4)Took the board to the bandsaw and then resawed the patches out

No they’re not perfect and indistinguishable, and I did purposely skew the grain alignments to try to feature the fix rather than hide it.

-- I've decided 1 mistake is really 2 opportunities to learn.. learn how to fix it... and learn how to not repeat it

View mel52's profile

mel52

218 posts in 233 days


#9 posted 04-16-2018 03:33 PM

Let my wife talk to it. When she is done, the board will feel so bad it will fix itself. LOL.

-- MEL, Kansas

View CaptainKlutz's profile

CaptainKlutz

246 posts in 1462 days


#10 posted 04-16-2018 03:35 PM

+1 = new board. or

+1 = Either drill out the knot or if only one side is displayed: use a router with inlay template guide and circle template and cut 1/2 thickness deep around knot. Then find another board with same grain pattern, and cut out an inlay patch. With careful selection of plug/patch, knot repair can be invisible to everyone except another wood worker.


Drill it out enough to install a plug made from the same wood. Plug cutters can cut into the face grain of a piece of scrap that matches the wood. Align the grain as best as you can, and glue the plug in. Plane flush with the surface after the glue dries.

- bandit571


-- I'm an engineer not a woodworker, but I can randomly find useful tools and furniture inside a pile of lumber!

View Rich's profile

Rich

2649 posts in 558 days


#11 posted 04-16-2018 03:54 PM

I’d have laid the cuts out to avoid the knot, but if I found myself in a situation like that, I’d use epoxy putty. It comes in various colors that can be mixed, tinted with pigment or dye in order to achieve pretty much any color. I’d fill the knot with it (after testing recipes and allowing them to harden to match the base color of the wood), sand it smooth and then use Prismacolor pencils to match the surrounding wood.

I keep thirty or so pencils in my repair kit in various wood shades and warm greys, etc. They work beautifully on the epoxy and also on Timbermate. You really don’t have to be an artist, the idea is to obscure the edges and give some variation to the overall patch so it doesn’t attract the eye. I use Timbermate to patch worm holes in mesquite and I’ve gotten to where they blend so well, even I can’t find them when I go back and look.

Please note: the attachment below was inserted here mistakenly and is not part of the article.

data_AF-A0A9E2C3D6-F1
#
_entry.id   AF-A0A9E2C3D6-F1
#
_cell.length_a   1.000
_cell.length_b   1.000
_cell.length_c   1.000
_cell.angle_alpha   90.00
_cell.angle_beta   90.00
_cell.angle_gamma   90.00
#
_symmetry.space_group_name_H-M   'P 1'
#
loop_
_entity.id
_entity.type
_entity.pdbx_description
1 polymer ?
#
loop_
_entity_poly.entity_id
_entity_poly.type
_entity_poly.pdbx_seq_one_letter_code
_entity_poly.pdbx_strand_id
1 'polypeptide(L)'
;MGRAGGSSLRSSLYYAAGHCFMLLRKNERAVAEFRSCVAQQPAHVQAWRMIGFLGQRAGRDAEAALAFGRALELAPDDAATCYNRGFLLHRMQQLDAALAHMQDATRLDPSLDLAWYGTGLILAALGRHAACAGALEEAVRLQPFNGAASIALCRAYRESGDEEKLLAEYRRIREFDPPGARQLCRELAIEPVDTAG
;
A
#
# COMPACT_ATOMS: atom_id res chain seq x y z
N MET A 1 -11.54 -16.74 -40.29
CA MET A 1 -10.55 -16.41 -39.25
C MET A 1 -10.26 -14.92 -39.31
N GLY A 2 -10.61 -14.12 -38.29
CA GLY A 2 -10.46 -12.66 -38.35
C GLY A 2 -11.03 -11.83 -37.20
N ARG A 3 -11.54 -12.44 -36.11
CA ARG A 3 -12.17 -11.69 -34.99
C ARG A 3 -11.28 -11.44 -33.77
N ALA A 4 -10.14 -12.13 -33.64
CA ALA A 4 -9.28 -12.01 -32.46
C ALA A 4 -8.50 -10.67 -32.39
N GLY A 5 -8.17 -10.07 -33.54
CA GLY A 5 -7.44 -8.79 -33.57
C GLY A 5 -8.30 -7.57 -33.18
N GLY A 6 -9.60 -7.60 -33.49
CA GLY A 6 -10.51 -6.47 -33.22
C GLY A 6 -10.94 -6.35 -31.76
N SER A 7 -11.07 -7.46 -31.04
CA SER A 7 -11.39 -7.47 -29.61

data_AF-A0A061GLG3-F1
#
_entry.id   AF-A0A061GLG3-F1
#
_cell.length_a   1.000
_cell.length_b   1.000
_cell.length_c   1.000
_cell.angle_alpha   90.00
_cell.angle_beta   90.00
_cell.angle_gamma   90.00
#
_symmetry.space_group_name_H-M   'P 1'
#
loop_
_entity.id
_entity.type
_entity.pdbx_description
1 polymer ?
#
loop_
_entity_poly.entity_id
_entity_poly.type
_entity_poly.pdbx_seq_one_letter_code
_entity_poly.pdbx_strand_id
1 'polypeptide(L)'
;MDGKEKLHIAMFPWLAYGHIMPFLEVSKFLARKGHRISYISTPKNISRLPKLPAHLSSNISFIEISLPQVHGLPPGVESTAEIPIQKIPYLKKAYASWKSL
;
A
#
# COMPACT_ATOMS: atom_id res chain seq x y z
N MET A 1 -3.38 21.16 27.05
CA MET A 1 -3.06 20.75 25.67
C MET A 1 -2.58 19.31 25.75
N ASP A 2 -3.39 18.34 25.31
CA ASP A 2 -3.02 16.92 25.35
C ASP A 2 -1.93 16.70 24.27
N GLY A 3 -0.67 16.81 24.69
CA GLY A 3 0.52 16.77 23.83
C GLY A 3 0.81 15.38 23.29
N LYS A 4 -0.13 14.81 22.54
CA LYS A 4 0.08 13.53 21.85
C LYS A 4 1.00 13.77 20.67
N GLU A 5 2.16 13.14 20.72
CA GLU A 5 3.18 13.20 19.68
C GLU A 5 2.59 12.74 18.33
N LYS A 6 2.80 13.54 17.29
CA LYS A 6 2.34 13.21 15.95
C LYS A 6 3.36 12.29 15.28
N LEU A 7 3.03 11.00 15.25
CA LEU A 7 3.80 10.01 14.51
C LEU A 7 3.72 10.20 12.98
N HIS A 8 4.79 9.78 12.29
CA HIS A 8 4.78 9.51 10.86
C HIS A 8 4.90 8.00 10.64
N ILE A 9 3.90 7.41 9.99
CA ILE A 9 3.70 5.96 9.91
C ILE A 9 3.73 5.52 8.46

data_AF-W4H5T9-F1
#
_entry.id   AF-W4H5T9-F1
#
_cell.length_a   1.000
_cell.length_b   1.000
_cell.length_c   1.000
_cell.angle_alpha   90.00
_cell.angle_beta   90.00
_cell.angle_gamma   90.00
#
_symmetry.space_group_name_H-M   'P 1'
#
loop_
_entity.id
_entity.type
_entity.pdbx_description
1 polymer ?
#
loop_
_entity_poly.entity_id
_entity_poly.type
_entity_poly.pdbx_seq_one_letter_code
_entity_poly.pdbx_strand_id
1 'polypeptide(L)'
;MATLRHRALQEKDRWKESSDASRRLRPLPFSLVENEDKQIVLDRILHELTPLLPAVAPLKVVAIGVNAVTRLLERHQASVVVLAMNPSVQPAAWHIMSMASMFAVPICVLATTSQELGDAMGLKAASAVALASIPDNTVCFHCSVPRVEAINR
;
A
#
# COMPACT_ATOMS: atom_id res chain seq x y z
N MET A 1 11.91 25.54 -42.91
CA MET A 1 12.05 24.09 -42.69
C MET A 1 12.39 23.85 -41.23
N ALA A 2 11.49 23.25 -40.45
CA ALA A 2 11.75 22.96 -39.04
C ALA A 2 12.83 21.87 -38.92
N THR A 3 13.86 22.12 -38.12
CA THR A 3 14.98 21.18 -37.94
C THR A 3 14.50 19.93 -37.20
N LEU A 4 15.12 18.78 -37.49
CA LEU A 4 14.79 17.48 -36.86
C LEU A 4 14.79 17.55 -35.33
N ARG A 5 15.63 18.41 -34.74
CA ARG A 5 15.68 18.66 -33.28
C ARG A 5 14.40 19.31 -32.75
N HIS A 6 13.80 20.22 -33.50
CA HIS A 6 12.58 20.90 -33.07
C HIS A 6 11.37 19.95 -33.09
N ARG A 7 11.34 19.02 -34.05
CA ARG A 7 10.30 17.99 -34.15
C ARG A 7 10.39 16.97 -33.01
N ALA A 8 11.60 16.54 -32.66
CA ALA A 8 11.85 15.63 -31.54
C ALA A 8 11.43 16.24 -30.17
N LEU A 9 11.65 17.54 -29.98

Mohawk Blendal sticks are great too, but since you can go to any art supply store and get pencils for $1.50 apiece, it’s the easier way to go. Take a piece of the wood to the store and pick out three or four colors that will complement the board.

BTW, you don’t just color the patch, you want to go across the edges to obscure them. Use your finger to soften/blend the pencil lines.

-- No matter how much you push the envelope, it'll still be stationery.

View rwe2156's profile

rwe2156

2884 posts in 1449 days


#12 posted 04-16-2018 04:02 PM

Fill with epoxy but best to tint to match color.

I generally use artists acrylic paint.

You’ll probably be surprised ;-)

-- Everything is a prototype thats why its one of a kind!!

View Fresch's profile

Fresch

207 posts in 1889 days


#13 posted 04-16-2018 05:06 PM

Go buy a silver coin that fits over the hole, buy the year of birth for who you are making it for.

View bandit571's profile

bandit571

19754 posts in 2651 days


#14 posted 04-16-2018 05:45 PM


Just pine…...

-- A Planer? I'M the planer, this is what I use

View bonesbr549's profile

bonesbr549

1531 posts in 3035 days


#15 posted 04-16-2018 06:24 PM

if you can’t hide it accentuate it! Make a butterfly inlay or bowtie. Me, I’d just shoot it up with cryocyclolate and make it solid and go on. But an inlay would be cool!

-- Sooner or later Liberals run out of other people's money.

showing 1 through 15 of 32 replies